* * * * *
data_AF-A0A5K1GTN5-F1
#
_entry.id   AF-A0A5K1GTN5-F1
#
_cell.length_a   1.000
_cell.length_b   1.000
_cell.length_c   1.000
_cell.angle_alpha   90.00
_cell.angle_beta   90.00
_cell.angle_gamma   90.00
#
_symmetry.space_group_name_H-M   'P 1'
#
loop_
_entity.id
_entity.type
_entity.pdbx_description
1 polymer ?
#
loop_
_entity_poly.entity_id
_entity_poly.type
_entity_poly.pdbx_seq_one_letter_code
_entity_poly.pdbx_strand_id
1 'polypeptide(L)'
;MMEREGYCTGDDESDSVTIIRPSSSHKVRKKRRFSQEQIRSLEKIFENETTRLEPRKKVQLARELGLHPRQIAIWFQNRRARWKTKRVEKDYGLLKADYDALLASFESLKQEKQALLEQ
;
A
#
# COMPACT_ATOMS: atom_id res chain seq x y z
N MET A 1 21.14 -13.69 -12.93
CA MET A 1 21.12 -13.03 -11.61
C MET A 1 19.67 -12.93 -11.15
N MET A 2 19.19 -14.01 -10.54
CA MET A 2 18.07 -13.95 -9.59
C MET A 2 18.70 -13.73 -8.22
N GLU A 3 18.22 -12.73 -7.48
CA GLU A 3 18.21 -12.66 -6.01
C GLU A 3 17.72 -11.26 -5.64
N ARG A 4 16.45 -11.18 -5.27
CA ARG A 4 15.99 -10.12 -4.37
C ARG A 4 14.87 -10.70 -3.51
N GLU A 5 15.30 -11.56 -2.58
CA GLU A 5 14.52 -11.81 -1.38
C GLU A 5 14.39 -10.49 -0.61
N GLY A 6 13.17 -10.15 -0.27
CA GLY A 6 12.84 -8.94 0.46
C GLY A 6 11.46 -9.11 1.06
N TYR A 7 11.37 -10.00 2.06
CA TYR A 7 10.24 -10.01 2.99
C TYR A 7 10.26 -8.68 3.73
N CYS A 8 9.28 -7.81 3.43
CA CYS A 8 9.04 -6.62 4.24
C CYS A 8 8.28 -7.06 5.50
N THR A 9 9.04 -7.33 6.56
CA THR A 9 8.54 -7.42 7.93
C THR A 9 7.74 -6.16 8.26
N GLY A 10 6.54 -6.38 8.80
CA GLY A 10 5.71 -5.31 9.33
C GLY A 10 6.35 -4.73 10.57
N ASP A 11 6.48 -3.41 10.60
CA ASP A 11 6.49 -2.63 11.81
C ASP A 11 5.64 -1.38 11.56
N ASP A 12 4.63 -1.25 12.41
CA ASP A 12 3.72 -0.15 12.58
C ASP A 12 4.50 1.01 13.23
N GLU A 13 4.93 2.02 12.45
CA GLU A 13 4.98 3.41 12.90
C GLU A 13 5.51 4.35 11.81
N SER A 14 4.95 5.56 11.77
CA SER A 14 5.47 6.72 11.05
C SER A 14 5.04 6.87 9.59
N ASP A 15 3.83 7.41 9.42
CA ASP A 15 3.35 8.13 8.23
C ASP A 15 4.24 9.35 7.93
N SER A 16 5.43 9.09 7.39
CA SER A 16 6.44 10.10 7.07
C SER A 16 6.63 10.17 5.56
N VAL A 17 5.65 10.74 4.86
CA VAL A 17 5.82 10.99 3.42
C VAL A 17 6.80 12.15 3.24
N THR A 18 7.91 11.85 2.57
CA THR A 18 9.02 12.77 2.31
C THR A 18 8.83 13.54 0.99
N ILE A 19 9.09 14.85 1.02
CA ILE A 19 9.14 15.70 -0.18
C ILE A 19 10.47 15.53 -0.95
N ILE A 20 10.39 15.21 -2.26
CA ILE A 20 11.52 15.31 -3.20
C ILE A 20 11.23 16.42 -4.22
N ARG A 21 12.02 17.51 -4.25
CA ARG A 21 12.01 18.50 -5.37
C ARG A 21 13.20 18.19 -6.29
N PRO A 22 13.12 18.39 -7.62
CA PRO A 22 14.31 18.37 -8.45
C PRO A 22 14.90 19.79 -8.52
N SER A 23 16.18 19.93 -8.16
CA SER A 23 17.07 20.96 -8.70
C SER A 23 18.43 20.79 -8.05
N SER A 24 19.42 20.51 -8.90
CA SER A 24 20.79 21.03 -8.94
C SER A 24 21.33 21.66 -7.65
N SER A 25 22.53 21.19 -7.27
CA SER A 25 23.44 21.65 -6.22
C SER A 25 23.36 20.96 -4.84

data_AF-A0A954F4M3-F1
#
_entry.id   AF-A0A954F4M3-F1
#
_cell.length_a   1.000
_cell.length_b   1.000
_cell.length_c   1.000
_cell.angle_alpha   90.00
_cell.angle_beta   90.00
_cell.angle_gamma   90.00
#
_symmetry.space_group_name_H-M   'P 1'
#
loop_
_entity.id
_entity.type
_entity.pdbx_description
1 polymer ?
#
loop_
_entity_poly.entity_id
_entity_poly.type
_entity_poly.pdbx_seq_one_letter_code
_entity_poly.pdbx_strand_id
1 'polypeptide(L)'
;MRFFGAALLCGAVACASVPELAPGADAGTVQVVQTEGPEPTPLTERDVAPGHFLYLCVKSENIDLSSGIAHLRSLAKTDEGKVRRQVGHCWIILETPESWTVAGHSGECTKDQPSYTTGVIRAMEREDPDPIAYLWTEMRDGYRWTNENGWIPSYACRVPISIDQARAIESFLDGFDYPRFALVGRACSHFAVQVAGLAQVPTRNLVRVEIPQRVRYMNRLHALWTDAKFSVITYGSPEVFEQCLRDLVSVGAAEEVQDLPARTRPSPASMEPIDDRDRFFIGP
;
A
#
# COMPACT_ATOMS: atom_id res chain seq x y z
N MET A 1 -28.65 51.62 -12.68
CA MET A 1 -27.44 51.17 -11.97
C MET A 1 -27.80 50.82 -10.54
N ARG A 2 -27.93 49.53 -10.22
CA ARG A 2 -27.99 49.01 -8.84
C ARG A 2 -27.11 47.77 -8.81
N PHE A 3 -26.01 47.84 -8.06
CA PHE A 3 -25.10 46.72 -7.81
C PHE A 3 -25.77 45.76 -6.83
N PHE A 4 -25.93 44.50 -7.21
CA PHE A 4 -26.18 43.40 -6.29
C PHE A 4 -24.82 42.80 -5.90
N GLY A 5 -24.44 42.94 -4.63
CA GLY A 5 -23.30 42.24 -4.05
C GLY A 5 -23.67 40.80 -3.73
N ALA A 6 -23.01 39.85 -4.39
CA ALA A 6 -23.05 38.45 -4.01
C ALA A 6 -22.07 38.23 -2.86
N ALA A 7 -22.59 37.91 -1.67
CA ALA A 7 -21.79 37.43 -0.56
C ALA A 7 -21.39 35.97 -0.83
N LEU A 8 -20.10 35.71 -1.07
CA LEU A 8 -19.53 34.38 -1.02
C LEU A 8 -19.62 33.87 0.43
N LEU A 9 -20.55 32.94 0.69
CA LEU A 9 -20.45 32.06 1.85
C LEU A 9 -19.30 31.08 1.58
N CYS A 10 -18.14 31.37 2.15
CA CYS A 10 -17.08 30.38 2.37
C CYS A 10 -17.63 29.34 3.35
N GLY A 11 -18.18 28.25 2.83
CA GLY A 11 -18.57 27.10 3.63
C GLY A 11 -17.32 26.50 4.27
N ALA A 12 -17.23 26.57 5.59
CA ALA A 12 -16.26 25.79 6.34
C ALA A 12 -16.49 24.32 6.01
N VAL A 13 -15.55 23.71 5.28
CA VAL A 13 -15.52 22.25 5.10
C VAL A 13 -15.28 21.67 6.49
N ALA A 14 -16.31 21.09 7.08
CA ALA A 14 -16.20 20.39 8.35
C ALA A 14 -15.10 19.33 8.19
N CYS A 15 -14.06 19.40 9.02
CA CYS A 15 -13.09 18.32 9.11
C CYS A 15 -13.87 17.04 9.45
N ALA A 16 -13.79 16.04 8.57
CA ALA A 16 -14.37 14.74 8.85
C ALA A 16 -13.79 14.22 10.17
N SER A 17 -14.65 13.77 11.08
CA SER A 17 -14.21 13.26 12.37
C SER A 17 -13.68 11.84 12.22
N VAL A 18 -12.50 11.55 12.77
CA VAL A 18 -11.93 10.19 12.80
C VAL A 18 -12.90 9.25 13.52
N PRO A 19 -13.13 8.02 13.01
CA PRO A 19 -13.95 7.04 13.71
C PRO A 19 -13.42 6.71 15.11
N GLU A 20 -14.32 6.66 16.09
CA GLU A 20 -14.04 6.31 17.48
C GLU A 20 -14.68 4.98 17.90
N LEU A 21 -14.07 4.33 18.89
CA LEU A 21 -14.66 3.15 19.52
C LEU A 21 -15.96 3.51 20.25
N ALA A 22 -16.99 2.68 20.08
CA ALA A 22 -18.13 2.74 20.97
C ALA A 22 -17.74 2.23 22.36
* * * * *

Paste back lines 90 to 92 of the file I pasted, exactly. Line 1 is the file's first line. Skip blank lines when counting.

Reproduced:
C ILE A 20 11.23 16.42 -4.22
N ARG A 21 12.02 17.51 -4.25
CA ARG A 21 12.01 18.50 -5.37